23.10.2017

# Media

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The Hindu: It’s time to make deep emission cuts

"The prospect of limiting global warming through ‘negative emissions’ is bleak"

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11.10.2017

# Media

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Reuters: Carbon-sucking technology needed by 2030s, scientists warn

"As efforts to cut planet-warming emissions fall short, large-scale projects to suck carbon dioxide out of the atmosphere will be needed by the 2030s to hold the line against climate change, scientists said on Tuesday. Many new technologies that aim to capture and store carbon emissions, thereby delivering "negative emissions", are costly, controversial and in the early phase of testing."

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10.10.2017

# Political Papers

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La Plaza, Coraina de; et al. (2017): The risks of large-scale biosequestration in the context of Carbon Dioxide Removal

La Plaza, Coraina de; Munnion, Oliver; Fischer, Simon; Lovera, Simone (2017): The risks of large-scale biosequestration in the context of Carbon Dioxide Removal. Global Forest Coalition; Heinrich-Böll-Stiftung.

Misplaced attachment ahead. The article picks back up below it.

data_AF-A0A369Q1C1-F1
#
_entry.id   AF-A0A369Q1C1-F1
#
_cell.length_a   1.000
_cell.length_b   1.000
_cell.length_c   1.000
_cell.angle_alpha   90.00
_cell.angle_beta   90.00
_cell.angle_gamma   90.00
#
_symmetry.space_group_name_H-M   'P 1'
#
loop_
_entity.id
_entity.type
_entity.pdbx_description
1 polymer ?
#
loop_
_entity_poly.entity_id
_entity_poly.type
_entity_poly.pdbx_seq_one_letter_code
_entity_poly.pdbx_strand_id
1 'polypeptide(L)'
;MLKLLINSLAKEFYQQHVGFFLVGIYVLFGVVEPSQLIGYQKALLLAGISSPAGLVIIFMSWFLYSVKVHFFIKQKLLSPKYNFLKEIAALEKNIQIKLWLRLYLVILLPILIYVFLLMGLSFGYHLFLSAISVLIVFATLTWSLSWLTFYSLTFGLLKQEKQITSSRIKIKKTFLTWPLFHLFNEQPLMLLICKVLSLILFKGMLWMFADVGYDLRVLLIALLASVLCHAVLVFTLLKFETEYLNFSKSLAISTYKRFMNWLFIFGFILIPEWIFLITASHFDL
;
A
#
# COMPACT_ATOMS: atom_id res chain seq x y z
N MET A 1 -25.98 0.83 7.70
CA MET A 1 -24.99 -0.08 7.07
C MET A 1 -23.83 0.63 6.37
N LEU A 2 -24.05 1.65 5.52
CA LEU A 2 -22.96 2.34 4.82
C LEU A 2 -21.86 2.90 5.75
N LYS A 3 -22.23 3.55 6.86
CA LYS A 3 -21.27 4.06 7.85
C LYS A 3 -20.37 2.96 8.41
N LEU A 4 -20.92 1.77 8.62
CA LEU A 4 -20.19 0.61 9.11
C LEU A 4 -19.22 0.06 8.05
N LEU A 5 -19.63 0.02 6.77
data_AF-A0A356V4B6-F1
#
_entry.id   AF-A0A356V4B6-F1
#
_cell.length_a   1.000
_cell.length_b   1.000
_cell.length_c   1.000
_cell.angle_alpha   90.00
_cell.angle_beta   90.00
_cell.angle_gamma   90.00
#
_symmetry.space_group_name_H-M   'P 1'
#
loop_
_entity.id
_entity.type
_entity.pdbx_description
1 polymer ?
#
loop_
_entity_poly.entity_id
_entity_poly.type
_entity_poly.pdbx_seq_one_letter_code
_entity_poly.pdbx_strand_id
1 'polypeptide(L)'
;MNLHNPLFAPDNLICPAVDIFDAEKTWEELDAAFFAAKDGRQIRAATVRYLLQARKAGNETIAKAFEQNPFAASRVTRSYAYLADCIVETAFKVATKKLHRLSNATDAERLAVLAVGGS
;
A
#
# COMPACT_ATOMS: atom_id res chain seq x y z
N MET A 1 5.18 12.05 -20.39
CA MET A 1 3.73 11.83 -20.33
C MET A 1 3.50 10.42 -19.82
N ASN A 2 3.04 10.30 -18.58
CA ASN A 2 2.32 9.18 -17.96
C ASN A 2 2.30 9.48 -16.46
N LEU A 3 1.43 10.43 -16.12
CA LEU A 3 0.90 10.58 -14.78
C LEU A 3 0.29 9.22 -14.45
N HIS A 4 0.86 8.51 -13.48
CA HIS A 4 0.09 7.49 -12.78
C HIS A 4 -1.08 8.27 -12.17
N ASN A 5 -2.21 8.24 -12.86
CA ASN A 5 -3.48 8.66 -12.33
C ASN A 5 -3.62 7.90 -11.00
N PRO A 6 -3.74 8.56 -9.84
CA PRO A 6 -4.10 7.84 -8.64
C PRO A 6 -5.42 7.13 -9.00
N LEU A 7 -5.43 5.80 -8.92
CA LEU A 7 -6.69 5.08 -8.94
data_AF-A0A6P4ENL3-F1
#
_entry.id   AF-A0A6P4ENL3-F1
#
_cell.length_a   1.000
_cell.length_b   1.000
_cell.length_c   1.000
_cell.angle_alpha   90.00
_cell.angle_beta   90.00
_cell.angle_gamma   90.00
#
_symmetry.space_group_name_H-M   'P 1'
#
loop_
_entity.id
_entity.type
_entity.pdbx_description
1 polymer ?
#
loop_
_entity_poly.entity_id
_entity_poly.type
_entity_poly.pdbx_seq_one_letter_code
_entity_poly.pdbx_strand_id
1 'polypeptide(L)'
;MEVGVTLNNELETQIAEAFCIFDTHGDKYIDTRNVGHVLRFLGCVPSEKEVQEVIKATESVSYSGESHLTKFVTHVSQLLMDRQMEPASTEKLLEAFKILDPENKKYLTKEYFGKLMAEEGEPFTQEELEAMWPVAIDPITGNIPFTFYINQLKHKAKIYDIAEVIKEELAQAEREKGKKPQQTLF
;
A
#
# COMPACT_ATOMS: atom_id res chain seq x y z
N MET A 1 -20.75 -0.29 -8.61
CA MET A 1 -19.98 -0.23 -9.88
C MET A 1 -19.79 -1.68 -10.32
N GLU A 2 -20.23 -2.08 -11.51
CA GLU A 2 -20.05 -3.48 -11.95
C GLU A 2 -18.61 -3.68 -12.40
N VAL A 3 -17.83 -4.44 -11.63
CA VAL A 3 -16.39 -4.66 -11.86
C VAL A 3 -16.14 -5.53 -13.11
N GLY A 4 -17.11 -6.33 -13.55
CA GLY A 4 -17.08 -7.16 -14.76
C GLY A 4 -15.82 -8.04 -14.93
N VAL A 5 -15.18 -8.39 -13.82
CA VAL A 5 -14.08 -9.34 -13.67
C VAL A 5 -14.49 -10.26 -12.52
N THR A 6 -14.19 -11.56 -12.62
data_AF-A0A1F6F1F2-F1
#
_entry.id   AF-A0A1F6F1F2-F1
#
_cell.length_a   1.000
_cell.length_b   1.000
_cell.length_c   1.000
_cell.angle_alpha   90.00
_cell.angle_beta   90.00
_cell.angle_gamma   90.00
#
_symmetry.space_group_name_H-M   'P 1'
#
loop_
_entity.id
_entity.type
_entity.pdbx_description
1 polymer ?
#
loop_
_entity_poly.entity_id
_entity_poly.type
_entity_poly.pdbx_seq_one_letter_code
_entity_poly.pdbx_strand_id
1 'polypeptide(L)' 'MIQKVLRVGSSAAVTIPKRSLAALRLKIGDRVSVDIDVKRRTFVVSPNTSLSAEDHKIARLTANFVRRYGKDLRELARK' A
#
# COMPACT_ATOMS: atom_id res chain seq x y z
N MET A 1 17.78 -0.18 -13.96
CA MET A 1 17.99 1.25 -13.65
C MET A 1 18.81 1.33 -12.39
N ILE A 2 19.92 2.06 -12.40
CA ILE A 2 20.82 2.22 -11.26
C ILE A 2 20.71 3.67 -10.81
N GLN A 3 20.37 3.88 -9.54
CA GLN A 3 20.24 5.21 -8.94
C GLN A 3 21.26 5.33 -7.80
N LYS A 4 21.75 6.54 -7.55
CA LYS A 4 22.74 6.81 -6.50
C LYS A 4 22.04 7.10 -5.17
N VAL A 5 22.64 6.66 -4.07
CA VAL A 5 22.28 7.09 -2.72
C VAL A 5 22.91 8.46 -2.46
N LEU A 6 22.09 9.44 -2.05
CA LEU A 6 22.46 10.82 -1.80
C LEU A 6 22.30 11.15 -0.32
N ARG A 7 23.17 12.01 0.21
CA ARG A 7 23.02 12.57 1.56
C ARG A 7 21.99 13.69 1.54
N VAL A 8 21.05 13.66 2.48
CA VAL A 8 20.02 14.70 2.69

"The paper will describe existing trends in the field of large-scale biosequestration, and how current climate finance for biosequestration is geared towards industrial monoculture tree plantations, owing to global governance structures and a growing emphasis on private sector involvement. As such, biosequestration approaches that have significant negative rather than positive impacts are being prioritised. The potential risks and impacts of these CDR approaches on biodiversity, hydrological flows, land degradation, agrochemical contamination, albedo effects and the Earth System, and social impacts like elite resource capture, land grabbing, rural (un)employment, and gender-specific impacts, are described."

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03.10.2017

# Political Papers